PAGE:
world music I'm listening to a great mix of American roots music. There's some bluegrass, some Cajun, some old-time front porch music, and a couple of traditional cowboy songs. And it comes from Finland. Yes. Finland. Tuomas Logrén is the guitarist for the fiddle-heavy Finnish ensemble Frigg. I think of Frigg as a Nordic ensemble; they draw from Finnish folk music supplemented by the traditions of Sweden and Norway. That's what I was expecting to hear on Yövesi, which is also the name of a lake in eastern Finland, home to a number of threatened species like the Saimaa ringed seal, the Arctic Char. Sounds Finnish so far, right? Greg Harness discovers the cowboy intersect between Finland and America.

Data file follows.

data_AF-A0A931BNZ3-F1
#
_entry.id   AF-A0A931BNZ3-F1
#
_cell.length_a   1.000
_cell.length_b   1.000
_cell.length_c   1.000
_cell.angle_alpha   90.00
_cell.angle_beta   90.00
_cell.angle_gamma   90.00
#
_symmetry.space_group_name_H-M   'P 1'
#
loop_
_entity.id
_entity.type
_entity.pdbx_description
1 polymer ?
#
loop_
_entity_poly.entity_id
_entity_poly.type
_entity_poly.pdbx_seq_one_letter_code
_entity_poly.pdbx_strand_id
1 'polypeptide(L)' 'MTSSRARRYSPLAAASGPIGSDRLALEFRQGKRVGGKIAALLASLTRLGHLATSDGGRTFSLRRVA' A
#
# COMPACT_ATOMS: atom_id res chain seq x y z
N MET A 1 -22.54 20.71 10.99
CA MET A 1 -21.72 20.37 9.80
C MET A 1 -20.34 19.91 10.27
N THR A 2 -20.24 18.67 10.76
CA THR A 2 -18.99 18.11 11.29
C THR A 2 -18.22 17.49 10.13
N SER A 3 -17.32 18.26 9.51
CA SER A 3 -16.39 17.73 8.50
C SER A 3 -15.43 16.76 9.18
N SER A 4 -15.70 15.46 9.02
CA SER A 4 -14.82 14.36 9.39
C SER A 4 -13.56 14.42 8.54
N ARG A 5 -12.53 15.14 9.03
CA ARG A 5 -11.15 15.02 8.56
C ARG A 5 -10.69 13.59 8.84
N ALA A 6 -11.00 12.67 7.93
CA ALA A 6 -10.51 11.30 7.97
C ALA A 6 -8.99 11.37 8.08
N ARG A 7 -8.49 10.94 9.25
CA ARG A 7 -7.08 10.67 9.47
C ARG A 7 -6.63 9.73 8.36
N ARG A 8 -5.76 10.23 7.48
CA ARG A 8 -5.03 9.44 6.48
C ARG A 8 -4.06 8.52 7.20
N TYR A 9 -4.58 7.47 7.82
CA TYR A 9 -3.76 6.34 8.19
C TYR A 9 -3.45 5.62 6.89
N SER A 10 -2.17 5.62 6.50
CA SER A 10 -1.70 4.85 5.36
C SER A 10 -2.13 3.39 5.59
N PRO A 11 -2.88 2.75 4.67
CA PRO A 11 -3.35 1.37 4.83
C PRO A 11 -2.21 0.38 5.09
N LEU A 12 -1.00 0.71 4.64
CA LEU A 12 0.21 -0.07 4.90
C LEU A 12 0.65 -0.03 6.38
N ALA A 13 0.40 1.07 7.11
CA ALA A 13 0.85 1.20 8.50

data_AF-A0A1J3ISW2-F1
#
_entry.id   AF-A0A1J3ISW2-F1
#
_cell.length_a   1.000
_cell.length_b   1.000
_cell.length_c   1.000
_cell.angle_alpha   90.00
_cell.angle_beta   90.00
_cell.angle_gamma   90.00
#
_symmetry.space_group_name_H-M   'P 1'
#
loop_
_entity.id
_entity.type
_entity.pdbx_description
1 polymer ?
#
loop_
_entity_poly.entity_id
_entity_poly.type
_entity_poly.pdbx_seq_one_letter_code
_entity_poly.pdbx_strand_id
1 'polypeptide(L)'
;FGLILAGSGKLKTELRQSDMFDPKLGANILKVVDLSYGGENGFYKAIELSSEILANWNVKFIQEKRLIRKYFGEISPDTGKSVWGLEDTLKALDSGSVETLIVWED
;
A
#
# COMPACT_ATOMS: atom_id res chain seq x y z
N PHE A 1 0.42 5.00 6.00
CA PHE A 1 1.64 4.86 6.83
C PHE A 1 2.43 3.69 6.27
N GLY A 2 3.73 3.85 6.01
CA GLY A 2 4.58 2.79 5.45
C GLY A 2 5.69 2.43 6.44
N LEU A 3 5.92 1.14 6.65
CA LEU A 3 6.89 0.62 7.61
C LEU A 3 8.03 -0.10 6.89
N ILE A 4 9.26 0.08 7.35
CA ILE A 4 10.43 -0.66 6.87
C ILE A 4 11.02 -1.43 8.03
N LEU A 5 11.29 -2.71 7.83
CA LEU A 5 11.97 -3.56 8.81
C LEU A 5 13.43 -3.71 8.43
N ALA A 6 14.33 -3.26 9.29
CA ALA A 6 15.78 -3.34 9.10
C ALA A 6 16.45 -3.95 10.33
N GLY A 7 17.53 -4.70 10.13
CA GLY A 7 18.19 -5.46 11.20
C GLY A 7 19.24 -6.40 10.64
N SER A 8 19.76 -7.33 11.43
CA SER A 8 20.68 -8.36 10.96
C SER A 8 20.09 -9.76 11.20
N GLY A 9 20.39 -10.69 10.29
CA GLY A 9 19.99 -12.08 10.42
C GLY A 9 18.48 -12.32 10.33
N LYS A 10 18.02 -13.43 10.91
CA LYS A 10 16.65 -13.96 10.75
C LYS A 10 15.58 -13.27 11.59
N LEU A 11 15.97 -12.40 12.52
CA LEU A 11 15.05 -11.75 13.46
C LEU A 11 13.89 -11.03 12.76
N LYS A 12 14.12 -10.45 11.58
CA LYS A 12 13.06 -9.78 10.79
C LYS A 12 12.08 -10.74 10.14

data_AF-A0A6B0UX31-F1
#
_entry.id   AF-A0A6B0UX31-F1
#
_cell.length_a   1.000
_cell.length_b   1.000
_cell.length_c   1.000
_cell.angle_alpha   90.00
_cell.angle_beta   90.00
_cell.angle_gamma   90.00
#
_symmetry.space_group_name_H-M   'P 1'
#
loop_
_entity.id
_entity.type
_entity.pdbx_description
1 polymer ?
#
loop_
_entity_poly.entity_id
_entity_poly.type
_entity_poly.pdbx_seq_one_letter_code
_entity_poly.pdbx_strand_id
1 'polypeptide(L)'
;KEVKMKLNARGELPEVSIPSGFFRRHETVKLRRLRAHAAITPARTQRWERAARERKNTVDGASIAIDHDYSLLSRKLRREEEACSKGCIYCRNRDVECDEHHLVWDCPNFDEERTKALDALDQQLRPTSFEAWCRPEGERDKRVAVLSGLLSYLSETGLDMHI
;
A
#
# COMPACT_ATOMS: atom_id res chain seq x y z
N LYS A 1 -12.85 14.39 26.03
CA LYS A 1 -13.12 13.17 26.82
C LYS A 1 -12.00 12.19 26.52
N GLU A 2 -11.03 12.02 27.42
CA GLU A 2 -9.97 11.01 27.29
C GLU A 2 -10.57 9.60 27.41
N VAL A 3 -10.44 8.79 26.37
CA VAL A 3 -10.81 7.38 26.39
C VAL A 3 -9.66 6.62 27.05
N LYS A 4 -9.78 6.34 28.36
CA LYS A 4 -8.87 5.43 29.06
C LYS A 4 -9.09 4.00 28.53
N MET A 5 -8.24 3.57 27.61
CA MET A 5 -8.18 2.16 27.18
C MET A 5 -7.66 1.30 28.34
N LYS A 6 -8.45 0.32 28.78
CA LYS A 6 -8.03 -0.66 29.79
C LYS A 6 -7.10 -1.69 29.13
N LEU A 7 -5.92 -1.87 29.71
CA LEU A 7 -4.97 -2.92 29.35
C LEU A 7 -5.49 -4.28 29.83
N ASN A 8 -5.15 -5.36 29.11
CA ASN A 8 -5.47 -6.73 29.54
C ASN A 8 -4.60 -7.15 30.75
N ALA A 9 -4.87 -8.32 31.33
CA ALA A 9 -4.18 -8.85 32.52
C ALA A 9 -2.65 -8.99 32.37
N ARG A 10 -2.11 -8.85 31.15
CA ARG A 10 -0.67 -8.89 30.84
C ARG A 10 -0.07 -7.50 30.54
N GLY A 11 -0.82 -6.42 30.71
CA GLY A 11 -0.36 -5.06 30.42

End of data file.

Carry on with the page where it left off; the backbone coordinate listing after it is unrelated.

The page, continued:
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world music The a cappella songs of the Mississippi Delta's African American prison farms left their mark on 17year-old Alan Lomax when he first visited Parchman with his father John in the early 1930s, on a Library of Congress mission that among other things sprang Leadbelly and brought “The Midnight Special” to the American vernacular. Alan Lomax returned to record at Parchman in 1947, 1948 and 1959, logging work-song vocal traditions forged under plantation slavery and hammered out under Jim Crow. Parchman Farm: Photographs and Field Recordings: 1947-1959 is an artfully produced book and CD package that includes an essay by folklorist Bruce Jackson (longtime Lomax colleague, friend, and author of "Wake Up Dead Man: Afro-American Worksongs from Texas Prisons"), Lomax's black-and-white and color photos (all from 1959) and facsimiles of telling prison documents, artifacts of an era of U.S. social history whose residual animus persists into the Hands-Up-Don't-Shoot-I-Can't-Breathe present. Michael Stone takes a hard look at Parchman Farm, the music and the history.